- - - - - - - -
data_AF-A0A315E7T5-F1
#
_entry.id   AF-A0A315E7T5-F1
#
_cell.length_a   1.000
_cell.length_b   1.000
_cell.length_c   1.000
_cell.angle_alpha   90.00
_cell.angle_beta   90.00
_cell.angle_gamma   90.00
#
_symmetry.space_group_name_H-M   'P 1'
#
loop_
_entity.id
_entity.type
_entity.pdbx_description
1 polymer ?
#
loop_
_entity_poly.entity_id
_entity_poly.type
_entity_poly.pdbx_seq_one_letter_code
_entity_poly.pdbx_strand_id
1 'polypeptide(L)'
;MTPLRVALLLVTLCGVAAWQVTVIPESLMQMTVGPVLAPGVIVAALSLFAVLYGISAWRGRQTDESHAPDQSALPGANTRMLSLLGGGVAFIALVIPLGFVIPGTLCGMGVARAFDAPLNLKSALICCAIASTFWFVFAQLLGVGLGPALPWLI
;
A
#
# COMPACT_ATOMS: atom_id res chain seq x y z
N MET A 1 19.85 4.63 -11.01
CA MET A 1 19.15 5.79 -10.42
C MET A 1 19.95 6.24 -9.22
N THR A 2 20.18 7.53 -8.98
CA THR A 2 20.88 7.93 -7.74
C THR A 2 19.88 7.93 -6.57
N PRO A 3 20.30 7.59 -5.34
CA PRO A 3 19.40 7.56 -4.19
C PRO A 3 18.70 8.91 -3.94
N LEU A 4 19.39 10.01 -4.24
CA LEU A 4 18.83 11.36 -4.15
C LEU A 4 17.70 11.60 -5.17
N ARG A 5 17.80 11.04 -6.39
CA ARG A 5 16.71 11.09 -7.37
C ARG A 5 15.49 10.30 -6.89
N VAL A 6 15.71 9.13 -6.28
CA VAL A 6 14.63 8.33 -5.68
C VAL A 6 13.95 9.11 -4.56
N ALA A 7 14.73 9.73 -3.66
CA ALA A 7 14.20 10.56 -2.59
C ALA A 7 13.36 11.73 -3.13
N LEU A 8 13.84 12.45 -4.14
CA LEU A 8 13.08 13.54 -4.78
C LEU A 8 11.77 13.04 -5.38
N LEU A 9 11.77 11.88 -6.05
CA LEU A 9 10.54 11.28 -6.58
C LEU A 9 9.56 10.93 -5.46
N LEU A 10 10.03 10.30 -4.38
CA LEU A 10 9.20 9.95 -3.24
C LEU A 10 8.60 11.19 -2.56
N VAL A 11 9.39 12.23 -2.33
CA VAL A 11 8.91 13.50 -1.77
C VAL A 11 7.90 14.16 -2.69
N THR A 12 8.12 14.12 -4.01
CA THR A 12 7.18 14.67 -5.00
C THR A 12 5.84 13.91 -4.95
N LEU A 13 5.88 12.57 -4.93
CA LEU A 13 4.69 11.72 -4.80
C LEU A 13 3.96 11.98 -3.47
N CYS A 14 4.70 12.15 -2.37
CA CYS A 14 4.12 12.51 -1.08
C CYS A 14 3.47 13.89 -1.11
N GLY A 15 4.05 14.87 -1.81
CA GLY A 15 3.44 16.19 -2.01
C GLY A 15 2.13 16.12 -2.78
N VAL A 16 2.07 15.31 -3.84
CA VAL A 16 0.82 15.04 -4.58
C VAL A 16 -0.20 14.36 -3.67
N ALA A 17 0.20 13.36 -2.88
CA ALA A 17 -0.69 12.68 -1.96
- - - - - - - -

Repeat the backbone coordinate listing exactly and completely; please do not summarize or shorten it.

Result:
data_AF-A0A315E7T5-F1
#
_entry.id   AF-A0A315E7T5-F1
#
_cell.length_a   1.000
_cell.length_b   1.000
_cell.length_c   1.000
_cell.angle_alpha   90.00
_cell.angle_beta   90.00
_cell.angle_gamma   90.00
#
_symmetry.space_group_name_H-M   'P 1'
#
loop_
_entity.id
_entity.type
_entity.pdbx_description
1 polymer ?
#
loop_
_entity_poly.entity_id
_entity_poly.type
_entity_poly.pdbx_seq_one_letter_code
_entity_poly.pdbx_strand_id
1 'polypeptide(L)'
;MTPLRVALLLVTLCGVAAWQVTVIPESLMQMTVGPVLAPGVIVAALSLFAVLYGISAWRGRQTDESHAPDQSALPGANTRMLSLLGGGVAFIALVIPLGFVIPGTLCGMGVARAFDAPLNLKSALICCAIASTFWFVFAQLLGVGLGPALPWLI
;
A
#
# COMPACT_ATOMS: atom_id res chain seq x y z
N MET A 1 19.85 4.63 -11.01
CA MET A 1 19.15 5.79 -10.42
C MET A 1 19.95 6.24 -9.22
N THR A 2 20.18 7.53 -8.98
CA THR A 2 20.88 7.93 -7.74
C THR A 2 19.88 7.93 -6.57
N PRO A 3 20.30 7.59 -5.34
CA PRO A 3 19.40 7.56 -4.19
C PRO A 3 18.70 8.91 -3.94
N LEU A 4 19.39 10.01 -4.24
CA LEU A 4 18.83 11.36 -4.15
C LEU A 4 17.70 11.60 -5.17
N ARG A 5 17.80 11.04 -6.39
CA ARG A 5 16.71 11.09 -7.37
C ARG A 5 15.49 10.30 -6.89
N VAL A 6 15.71 9.13 -6.28
CA VAL A 6 14.63 8.33 -5.68
C VAL A 6 13.95 9.11 -4.56
N ALA A 7 14.73 9.73 -3.66
CA ALA A 7 14.20 10.56 -2.59
C ALA A 7 13.36 11.73 -3.13
N LEU A 8 13.84 12.45 -4.14
CA LEU A 8 13.08 13.54 -4.78
C LEU A 8 11.77 13.04 -5.38
N LEU A 9 11.77 11.88 -6.05
CA LEU A 9 10.54 11.28 -6.58
C LEU A 9 9.56 10.93 -5.46
N LEU A 10 10.03 10.30 -4.38
CA LEU A 10 9.20 9.95 -3.24
C LEU A 10 8.60 11.19 -2.56
N VAL A 11 9.39 12.23 -2.33
CA VAL A 11 8.91 13.50 -1.77
C VAL A 11 7.90 14.16 -2.69
N THR A 12 8.12 14.12 -4.01
CA THR A 12 7.18 14.67 -5.00
C THR A 12 5.84 13.91 -4.95
N LEU A 13 5.88 12.57 -4.93
CA LEU A 13 4.69 11.72 -4.80
C LEU A 13 3.96 11.98 -3.47
N CYS A 14 4.70 12.15 -2.37
CA CYS A 14 4.12 12.51 -1.08
C CYS A 14 3.47 13.89 -1.11
N GLY A 15 4.05 14.87 -1.81
CA GLY A 15 3.44 16.19 -2.01
C GLY A 15 2.13 16.12 -2.78
N VAL A 16 2.07 15.31 -3.84
CA VAL A 16 0.82 15.04 -4.58
C VAL A 16 -0.20 14.36 -3.67
N ALA A 17 0.20 13.36 -2.88
CA ALA A 17 -0.69 12.68 -1.96